Malpractice refers to an action or lack thereof by a physician or licensed person that differs from the standard of care stated and results in damage or injury to the patient (Bal, 2009). For this malpractice to be acknowledged there must be four elements. These elements include duty to treat the person, a violation of this duty, a direct cause of injury from the actions performed and damages from the malpractice (Bal, 2009). Purchase the answer to view it

Malpractice is a complex and multifaceted issue that is of great concern in the healthcare field. It refers to an action or lack thereof by a physician or licensed person that deviates from the standard of care and leads to harm or injury to the patient. In order for an act of malpractice to be acknowledged legally, four elements must be present: duty, breach of duty, causation, and damages.

The first element of duty is essentially the obligation of the healthcare provider to treat the patient. This duty arises when there is a professional relationship between the provider and the patient, such as when the patient seeks medical advice or treatment. It is important to note that duty can also extend to other healthcare professionals who are involved in the patient’s care, such as nurses or pharmacists. This duty includes providing competent and appropriate care based on the prevailing standard of care in the medical community.

The second element is the breach of duty, which occurs when the healthcare provider fails to meet the standard of care expected in their profession. The standard of care is defined as the level of expertise and care that a reasonably competent healthcare professional with similar training and experience would provide under similar circumstances. It is important to note that the standard of care can vary depending on the specific circumstances of each case, such as the patient’s age, medical history, and the nature of the condition being treated.

The third element is causation, which requires a direct link between the breach of duty and the harm suffered by the patient. This means that the breach of duty must be the proximate cause of the injury or damage. It is not enough for the patient to show that the healthcare provider made a mistake or error; they must also demonstrate that this mistake directly caused their injury or harm. Causation can be established through expert testimony, medical records, and other evidence that supports a causal relationship between the provider’s actions and the patient’s injuries.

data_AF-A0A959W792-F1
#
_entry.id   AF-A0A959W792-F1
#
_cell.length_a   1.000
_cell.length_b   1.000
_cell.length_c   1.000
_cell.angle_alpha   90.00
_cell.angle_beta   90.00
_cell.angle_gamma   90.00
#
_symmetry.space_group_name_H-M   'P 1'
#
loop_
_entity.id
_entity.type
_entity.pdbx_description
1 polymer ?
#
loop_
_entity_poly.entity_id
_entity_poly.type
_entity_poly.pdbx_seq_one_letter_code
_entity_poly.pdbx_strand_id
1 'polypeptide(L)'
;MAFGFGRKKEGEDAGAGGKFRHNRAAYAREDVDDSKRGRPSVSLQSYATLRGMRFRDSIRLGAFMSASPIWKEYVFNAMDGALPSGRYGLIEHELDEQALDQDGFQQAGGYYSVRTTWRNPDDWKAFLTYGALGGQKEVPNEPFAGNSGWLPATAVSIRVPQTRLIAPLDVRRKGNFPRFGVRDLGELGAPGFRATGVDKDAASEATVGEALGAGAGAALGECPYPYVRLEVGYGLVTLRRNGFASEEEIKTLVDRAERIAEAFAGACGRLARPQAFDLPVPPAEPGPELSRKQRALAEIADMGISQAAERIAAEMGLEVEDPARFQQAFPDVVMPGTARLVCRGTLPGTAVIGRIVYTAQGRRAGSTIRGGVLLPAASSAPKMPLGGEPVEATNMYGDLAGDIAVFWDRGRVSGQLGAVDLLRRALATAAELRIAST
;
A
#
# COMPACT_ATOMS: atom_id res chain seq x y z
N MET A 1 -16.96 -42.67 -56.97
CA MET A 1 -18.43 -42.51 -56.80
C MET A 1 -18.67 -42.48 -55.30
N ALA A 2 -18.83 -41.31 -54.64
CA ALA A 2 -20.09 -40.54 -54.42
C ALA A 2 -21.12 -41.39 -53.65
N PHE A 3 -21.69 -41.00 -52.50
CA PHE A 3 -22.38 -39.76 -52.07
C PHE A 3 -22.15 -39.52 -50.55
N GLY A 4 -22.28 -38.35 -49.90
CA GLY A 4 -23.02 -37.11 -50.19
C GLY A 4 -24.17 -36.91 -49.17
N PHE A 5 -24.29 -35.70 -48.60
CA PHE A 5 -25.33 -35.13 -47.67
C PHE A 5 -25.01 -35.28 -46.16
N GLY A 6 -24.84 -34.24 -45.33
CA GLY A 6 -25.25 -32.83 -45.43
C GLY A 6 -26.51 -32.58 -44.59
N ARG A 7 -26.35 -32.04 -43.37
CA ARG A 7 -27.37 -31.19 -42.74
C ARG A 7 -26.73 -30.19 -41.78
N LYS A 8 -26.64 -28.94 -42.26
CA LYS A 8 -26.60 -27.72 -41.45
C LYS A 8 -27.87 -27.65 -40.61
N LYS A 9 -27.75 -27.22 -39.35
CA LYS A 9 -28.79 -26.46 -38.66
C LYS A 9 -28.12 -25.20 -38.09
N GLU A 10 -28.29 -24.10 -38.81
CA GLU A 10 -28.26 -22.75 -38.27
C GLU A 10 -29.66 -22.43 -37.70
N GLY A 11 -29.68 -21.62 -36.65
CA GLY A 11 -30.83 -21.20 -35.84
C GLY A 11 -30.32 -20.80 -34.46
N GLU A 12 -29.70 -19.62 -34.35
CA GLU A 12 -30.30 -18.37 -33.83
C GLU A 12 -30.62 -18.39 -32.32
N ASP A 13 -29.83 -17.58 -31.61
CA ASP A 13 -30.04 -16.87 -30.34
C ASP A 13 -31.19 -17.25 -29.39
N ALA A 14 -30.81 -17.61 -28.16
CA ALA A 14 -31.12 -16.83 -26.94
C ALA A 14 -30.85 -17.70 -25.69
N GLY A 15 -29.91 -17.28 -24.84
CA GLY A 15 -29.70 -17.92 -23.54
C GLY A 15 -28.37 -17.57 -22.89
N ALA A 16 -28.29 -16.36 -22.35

The final element is damages, which refers to the physical, emotional, and financial harm suffered by the patient as a result of the malpractice. Examples of damages include medical expenses, lost wages, physical pain and suffering, and emotional distress. In order to pursue a malpractice claim, the patient must be able to demonstrate that they have suffered actual damages as a result of the provider’s actions.

It is important to understand that not all medical errors or unfavorable outcomes constitute malpractice. Medicine is an imperfect science, and not all adverse outcomes can be attributed to negligence or incompetence. Additionally, the standard of care is not always clear-cut and can be subject to interpretation. Physicians and other healthcare providers are not expected to be infallible, but rather to exercise reasonable care and skill based on their training, experience, and the best available evidence.

In conclusion, malpractice refers to an action or lack thereof by a healthcare provider that deviates from the standard of care and results in harm or injury to the patient. In order for an act of malpractice to be legally recognized, four elements must be present: duty, breach of duty, causation, and damages. It is important to approach malpractice cases with care and to rely on expert testimony and evidence to establish a causal link between the provider’s actions and the patient’s injuries.